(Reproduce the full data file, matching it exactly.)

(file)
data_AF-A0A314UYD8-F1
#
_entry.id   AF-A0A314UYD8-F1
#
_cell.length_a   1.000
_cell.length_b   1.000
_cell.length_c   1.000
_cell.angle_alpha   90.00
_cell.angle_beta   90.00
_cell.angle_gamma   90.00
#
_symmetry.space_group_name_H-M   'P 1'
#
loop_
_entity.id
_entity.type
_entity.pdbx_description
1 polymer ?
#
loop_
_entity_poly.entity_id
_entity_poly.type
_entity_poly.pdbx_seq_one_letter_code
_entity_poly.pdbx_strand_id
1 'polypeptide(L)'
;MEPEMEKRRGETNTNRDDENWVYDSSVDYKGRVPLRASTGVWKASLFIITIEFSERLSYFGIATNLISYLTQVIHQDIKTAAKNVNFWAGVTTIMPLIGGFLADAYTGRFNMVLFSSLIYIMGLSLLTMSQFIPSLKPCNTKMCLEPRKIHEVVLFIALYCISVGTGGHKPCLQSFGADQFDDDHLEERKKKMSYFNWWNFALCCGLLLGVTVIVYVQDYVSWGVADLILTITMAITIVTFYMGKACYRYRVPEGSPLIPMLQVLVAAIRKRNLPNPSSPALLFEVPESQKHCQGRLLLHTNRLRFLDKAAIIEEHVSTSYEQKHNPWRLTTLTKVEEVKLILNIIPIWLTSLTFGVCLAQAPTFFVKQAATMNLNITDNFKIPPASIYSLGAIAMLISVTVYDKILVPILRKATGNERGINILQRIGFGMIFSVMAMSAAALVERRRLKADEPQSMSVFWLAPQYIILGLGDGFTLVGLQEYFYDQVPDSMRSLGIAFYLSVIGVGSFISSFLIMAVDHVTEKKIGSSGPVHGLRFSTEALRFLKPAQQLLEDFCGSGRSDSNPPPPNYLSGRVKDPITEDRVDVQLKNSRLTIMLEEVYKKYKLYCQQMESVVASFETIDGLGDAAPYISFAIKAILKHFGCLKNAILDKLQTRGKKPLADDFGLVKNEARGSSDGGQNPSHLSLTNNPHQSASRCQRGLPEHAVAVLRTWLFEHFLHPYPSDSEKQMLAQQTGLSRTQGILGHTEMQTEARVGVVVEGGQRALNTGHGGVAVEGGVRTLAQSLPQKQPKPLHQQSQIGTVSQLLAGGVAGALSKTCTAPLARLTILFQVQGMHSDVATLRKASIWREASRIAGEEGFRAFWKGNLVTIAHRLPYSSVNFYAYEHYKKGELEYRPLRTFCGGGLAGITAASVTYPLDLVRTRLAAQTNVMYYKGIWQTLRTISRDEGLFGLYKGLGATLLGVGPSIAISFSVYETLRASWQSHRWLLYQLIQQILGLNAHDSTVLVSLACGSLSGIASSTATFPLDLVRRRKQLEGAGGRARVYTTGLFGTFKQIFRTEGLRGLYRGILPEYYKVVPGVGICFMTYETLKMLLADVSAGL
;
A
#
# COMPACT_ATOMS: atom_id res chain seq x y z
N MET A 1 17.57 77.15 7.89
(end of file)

data_AF-A0A314UYD8-F1
#
_entry.id   AF-A0A314UYD8-F1
#
_cell.length_a   1.000
_cell.length_b   1.000
_cell.length_c   1.000
_cell.angle_alpha   90.00
_cell.angle_beta   90.00
_cell.angle_gamma   90.00
#
_symmetry.space_group_name_H-M   'P 1'
#
loop_
_entity.id
_entity.type
_entity.pdbx_description
1 polymer ?
#
loop_
_entity_poly.entity_id
_entity_poly.type
_entity_poly.pdbx_seq_one_letter_code
_entity_poly.pdbx_strand_id
1 'polypeptide(L)'
;MEPEMEKRRGETNTNRDDENWVYDSSVDYKGRVPLRASTGVWKASLFIITIEFSERLSYFGIATNLISYLTQVIHQDIKTAAKNVNFWAGVTTIMPLIGGFLADAYTGRFNMVLFSSLIYIMGLSLLTMSQFIPSLKPCNTKMCLEPRKIHEVVLFIALYCISVGTGGHKPCLQSFGADQFDDDHLEERKKKMSYFNWWNFALCCGLLLGVTVIVYVQDYVSWGVADLILTITMAITIVTFYMGKACYRYRVPEGSPLIPMLQVLVAAIRKRNLPNPSSPALLFEVPESQKHCQGRLLLHTNRLRFLDKAAIIEEHVSTSYEQKHNPWRLTTLTKVEEVKLILNIIPIWLTSLTFGVCLAQAPTFFVKQAATMNLNITDNFKIPPASIYSLGAIAMLISVTVYDKILVPILRKATGNERGINILQRIGFGMIFSVMAMSAAALVERRRLKADEPQSMSVFWLAPQYIILGLGDGFTLVGLQEYFYDQVPDSMRSLGIAFYLSVIGVGSFISSFLIMAVDHVTEKKIGSSGPVHGLRFSTEALRFLKPAQQLLEDFCGSGRSDSNPPPPNYLSGRVKDPITEDRVDVQLKNSRLTIMLEEVYKKYKLYCQQMESVVASFETIDGLGDAAPYISFAIKAILKHFGCLKNAILDKLQTRGKKPLADDFGLVKNEARGSSDGGQNPSHLSLTNNPHQSASRCQRGLPEHAVAVLRTWLFEHFLHPYPSDSEKQMLAQQTGLSRTQGILGHTEMQTEARVGVVVEGGQRALNTGHGGVAVEGGVRTLAQSLPQKQPKPLHQQSQIGTVSQLLAGGVAGALSKTCTAPLARLTILFQVQGMHSDVATLRKASIWREASRIAGEEGFRAFWKGNLVTIAHRLPYSSVNFYAYEHYKKGELEYRPLRTFCGGGLAGITAASVTYPLDLVRTRLAAQTNVMYYKGIWQTLRTISRDEGLFGLYKGLGATLLGVGPSIAISFSVYETLRASWQSHRWLLYQLIQQILGLNAHDSTVLVSLACGSLSGIASSTATFPLDLVRRRKQLEGAGGRARVYTTGLFGTFKQIFRTEGLRGLYRGILPEYYKVVPGVGICFMTYETLKMLLADVSAGL
;
A
#
# COMPACT_ATOMS: atom_id res chain seq x y z
N MET A 1 17.57 77.15 7.89